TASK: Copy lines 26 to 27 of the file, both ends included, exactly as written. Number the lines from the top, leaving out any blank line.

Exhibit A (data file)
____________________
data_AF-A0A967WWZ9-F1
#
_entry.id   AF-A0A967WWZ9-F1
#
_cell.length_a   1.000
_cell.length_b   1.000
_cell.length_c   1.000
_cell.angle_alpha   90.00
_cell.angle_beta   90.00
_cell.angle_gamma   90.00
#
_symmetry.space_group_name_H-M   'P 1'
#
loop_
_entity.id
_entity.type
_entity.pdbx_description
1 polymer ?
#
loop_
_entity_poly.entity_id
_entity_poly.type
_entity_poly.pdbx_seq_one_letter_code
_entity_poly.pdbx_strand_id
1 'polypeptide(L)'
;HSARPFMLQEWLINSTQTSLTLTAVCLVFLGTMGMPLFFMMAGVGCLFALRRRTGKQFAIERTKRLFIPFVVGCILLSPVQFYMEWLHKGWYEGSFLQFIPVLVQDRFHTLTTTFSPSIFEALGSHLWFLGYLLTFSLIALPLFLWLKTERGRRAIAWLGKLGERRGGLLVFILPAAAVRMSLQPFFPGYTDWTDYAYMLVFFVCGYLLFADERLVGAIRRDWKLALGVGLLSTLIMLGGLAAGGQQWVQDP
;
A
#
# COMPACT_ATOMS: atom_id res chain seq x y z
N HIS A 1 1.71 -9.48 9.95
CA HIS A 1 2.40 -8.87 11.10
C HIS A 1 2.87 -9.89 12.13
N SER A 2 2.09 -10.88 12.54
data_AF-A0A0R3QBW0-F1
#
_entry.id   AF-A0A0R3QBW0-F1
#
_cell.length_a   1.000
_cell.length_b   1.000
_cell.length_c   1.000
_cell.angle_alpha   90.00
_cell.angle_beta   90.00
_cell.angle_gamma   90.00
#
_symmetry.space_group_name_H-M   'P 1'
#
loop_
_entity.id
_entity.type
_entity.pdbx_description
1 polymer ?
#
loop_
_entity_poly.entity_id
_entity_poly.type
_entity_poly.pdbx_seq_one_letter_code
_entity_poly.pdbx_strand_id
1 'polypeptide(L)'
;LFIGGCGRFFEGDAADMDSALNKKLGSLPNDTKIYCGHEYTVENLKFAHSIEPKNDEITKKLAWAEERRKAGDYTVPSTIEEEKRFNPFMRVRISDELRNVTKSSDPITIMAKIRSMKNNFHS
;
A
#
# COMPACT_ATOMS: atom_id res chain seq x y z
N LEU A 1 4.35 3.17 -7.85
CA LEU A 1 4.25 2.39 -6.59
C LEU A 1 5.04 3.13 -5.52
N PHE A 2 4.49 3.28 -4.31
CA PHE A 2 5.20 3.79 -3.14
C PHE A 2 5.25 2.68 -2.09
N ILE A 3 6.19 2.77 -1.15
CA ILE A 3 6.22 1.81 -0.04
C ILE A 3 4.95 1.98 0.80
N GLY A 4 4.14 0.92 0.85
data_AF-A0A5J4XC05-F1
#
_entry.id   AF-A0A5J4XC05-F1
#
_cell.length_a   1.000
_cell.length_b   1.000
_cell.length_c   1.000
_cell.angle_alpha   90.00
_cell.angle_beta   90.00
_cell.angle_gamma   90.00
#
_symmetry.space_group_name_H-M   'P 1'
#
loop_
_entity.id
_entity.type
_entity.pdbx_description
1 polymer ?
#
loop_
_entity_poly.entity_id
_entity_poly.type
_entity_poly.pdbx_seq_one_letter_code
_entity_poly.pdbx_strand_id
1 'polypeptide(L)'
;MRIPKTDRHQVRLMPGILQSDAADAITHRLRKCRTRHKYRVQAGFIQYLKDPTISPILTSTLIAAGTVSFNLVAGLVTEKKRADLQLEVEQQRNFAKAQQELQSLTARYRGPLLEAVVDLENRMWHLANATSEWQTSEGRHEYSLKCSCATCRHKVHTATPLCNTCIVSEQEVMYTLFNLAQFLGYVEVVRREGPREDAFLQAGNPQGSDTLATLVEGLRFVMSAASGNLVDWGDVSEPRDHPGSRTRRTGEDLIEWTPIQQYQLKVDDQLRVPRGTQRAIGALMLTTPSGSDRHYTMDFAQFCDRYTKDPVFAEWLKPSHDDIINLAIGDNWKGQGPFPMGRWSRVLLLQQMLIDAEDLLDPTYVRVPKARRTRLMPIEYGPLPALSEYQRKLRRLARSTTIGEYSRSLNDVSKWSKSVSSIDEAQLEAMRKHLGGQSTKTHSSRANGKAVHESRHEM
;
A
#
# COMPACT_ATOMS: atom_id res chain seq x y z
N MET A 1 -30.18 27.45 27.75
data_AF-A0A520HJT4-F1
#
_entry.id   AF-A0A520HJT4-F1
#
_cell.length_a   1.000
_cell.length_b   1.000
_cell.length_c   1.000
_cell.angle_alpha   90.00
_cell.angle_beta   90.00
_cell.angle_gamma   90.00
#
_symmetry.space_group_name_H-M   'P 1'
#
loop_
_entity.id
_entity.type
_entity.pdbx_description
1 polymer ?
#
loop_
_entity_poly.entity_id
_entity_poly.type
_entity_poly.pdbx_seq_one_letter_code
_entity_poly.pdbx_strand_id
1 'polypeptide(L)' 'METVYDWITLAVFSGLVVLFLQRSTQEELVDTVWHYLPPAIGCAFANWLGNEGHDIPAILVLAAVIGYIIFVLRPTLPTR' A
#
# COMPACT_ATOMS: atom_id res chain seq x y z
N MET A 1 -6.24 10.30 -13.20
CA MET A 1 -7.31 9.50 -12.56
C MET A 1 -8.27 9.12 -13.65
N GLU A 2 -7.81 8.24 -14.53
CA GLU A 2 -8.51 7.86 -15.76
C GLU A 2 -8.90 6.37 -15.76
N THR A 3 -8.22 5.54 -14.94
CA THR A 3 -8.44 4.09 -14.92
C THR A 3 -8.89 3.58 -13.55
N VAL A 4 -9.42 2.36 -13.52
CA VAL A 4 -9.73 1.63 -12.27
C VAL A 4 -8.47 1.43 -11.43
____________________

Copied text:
;HSARPFMLQEWLINSTQTSLTLTAVCLVFLGTMGMPLFFMMAGVGCLFALRRRTGKQFAIERTKRLFIPFVVGCILLSPVQFYMEWLHKGWYEGSFLQFIPVLVQDRFHTLTTTFSPSIFEALGSHLWFLGYLLTFSLIALPLFLWLKTERGRRAIAWLGKLGERRGGLLVFILPAAAVRMSLQPFFPGYTDWTDYAYMLVFFVCGYLLFADERLVGAIRRDWKLALGVGLLSTLIMLGGLAAGGQQWVQDP
;